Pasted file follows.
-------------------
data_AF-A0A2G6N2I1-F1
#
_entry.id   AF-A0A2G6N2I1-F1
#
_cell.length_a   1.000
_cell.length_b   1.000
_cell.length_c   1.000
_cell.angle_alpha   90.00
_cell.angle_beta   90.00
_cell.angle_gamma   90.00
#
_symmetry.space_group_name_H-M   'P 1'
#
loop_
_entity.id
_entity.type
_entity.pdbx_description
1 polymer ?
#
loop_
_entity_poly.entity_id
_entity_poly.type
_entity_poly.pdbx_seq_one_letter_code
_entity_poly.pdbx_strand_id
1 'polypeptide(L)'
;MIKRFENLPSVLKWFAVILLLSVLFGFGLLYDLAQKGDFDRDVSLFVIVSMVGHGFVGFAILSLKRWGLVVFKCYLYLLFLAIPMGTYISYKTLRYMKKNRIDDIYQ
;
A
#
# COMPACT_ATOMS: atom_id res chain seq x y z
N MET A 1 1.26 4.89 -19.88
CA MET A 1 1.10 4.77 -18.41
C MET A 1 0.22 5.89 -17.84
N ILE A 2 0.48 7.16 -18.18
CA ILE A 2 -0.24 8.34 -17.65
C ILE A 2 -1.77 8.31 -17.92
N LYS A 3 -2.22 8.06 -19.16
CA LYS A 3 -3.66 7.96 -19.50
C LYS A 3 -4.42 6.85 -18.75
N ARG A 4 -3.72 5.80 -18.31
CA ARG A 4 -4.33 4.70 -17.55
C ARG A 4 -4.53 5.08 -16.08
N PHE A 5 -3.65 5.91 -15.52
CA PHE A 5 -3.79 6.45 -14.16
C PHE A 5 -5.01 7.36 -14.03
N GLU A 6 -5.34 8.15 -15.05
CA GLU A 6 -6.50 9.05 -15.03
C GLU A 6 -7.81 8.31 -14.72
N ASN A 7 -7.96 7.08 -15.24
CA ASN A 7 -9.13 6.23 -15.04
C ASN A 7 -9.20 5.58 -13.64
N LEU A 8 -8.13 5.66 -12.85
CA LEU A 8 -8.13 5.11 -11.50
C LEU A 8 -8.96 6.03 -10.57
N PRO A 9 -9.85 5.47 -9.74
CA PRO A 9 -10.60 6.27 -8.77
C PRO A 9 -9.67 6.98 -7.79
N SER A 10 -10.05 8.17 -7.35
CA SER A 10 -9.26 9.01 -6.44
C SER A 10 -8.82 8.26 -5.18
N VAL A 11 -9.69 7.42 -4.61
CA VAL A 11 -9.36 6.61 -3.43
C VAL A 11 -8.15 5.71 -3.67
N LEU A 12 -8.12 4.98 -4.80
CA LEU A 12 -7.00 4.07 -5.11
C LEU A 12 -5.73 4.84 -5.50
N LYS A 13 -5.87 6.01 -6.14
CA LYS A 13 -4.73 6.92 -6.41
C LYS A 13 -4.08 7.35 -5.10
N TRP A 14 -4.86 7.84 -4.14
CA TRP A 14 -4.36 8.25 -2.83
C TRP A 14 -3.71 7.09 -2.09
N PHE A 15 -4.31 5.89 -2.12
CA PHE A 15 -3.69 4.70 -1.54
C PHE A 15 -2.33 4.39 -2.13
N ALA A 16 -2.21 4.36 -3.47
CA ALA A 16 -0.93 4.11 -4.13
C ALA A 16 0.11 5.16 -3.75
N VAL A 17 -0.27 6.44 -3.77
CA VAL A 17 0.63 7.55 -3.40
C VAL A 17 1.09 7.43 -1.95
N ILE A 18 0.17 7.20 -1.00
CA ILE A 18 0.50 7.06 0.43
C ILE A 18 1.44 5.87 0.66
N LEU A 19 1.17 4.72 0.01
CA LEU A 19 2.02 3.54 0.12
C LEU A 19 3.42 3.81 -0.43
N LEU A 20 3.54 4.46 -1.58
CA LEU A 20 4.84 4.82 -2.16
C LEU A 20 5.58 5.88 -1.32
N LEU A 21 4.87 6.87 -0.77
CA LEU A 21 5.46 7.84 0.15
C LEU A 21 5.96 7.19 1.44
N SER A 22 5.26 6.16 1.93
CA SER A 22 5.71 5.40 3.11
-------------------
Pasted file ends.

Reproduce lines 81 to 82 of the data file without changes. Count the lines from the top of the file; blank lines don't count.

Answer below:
C VAL A 17 1.09 7.43 -1.95
N ILE A 18 0.17 7.20 -1.00